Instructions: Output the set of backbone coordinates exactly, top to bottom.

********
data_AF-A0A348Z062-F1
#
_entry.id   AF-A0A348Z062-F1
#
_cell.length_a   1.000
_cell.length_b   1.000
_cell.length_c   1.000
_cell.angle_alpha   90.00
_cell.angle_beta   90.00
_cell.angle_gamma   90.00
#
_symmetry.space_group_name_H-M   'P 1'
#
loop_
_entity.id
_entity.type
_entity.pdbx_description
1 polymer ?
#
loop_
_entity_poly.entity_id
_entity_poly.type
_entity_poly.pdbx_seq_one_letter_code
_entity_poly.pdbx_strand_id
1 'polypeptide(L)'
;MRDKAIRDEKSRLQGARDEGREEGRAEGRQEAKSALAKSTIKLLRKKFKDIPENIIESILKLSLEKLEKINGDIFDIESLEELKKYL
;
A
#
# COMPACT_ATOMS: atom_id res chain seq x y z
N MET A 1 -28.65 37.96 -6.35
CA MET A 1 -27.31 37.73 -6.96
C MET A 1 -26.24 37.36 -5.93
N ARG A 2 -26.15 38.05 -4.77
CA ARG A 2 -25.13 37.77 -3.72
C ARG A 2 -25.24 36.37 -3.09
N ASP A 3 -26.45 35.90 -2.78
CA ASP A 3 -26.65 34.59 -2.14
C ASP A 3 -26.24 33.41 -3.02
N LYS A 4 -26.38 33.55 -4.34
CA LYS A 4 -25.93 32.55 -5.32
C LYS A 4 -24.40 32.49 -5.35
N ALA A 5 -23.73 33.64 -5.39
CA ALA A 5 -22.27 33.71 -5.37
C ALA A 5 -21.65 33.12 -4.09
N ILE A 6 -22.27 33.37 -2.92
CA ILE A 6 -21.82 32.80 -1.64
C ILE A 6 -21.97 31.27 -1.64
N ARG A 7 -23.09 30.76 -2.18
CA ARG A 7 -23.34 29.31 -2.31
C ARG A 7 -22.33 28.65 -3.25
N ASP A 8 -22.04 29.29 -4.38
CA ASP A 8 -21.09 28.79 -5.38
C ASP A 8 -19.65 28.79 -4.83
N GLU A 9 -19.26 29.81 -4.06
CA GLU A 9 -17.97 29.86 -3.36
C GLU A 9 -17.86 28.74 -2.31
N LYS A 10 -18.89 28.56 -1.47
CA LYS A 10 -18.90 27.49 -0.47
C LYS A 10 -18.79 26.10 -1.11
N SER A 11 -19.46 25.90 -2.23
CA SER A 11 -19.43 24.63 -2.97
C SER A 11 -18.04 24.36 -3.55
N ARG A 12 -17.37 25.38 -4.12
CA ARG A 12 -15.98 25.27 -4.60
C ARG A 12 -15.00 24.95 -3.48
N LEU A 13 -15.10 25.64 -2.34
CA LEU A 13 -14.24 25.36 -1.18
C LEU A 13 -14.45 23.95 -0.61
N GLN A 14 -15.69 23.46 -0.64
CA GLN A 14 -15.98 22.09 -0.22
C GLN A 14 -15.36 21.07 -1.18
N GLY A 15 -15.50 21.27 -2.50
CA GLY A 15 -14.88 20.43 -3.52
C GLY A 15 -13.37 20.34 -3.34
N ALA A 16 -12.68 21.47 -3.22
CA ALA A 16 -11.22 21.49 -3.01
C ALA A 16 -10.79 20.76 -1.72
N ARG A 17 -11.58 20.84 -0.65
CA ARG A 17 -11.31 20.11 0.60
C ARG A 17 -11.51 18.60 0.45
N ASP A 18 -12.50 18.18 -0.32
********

data_AF-A0A348Z062-F1
#
_entry.id   AF-A0A348Z062-F1
#
_cell.length_a   1.000
_cell.length_b   1.000
_cell.length_c   1.000
_cell.angle_alpha   90.00
_cell.angle_beta   90.00
_cell.angle_gamma   90.00
#
_symmetry.space_group_name_H-M   'P 1'
#
loop_
_entity.id
_entity.type
_entity.pdbx_description
1 polymer ?
#
loop_
_entity_poly.entity_id
_entity_poly.type
_entity_poly.pdbx_seq_one_letter_code
_entity_poly.pdbx_strand_id
1 'polypeptide(L)'
;MRDKAIRDEKSRLQGARDEGREEGRAEGRQEAKSALAKSTIKLLRKKFKDIPENIIESILKLSLEKLEKINGDIFDIESLEELKKYL
;
A
#
# COMPACT_ATOMS: atom_id res chain seq x y z
N MET A 1 -28.65 37.96 -6.35
CA MET A 1 -27.31 37.73 -6.96
C MET A 1 -26.24 37.36 -5.93
N ARG A 2 -26.15 38.05 -4.77
CA ARG A 2 -25.13 37.77 -3.72
C ARG A 2 -25.24 36.37 -3.09
N ASP A 3 -26.45 35.90 -2.78
CA ASP A 3 -26.65 34.59 -2.14
C ASP A 3 -26.24 33.41 -3.02
N LYS A 4 -26.38 33.55 -4.34
CA LYS A 4 -25.93 32.55 -5.32
C LYS A 4 -24.40 32.49 -5.35
N ALA A 5 -23.73 33.64 -5.39
CA ALA A 5 -22.27 33.71 -5.37
C ALA A 5 -21.65 33.12 -4.09
N ILE A 6 -22.27 33.37 -2.92
CA ILE A 6 -21.82 32.80 -1.64
C ILE A 6 -21.97 31.27 -1.64
N ARG A 7 -23.09 30.76 -2.18
CA ARG A 7 -23.34 29.31 -2.31
C ARG A 7 -22.33 28.65 -3.25
N ASP A 8 -22.04 29.29 -4.38
CA ASP A 8 -21.09 28.79 -5.38
C ASP A 8 -19.65 28.79 -4.83
N GLU A 9 -19.26 29.81 -4.06
CA GLU A 9 -17.97 29.86 -3.36
C GLU A 9 -17.86 28.74 -2.31
N LYS A 10 -18.89 28.56 -1.47
CA LYS A 10 -18.90 27.49 -0.47
C LYS A 10 -18.79 26.10 -1.11
N SER A 11 -19.46 25.90 -2.23
CA SER A 11 -19.43 24.63 -2.97
C SER A 11 -18.04 24.36 -3.55
N ARG A 12 -17.37 25.38 -4.12
CA ARG A 12 -15.98 25.27 -4.60
C ARG A 12 -15.00 24.95 -3.48
N LEU A 13 -15.10 25.64 -2.34
CA LEU A 13 -14.24 25.36 -1.18
C LEU A 13 -14.45 23.95 -0.61
N GLN A 14 -15.69 23.46 -0.64
CA GLN A 14 -15.98 22.09 -0.22
C GLN A 14 -15.36 21.07 -1.18
N GLY A 15 -15.50 21.27 -2.50
CA GLY A 15 -14.88 20.43 -3.52
C GLY A 15 -13.37 20.34 -3.34
N ALA A 16 -12.68 21.47 -3.22
CA ALA A 16 -11.22 21.49 -3.01
C ALA A 16 -10.79 20.76 -1.72
N ARG A 17 -11.58 20.84 -0.65
CA ARG A 17 -11.31 20.11 0.60
C ARG A 17 -11.51 18.60 0.45
N ASP A 18 -12.50 18.18 -0.32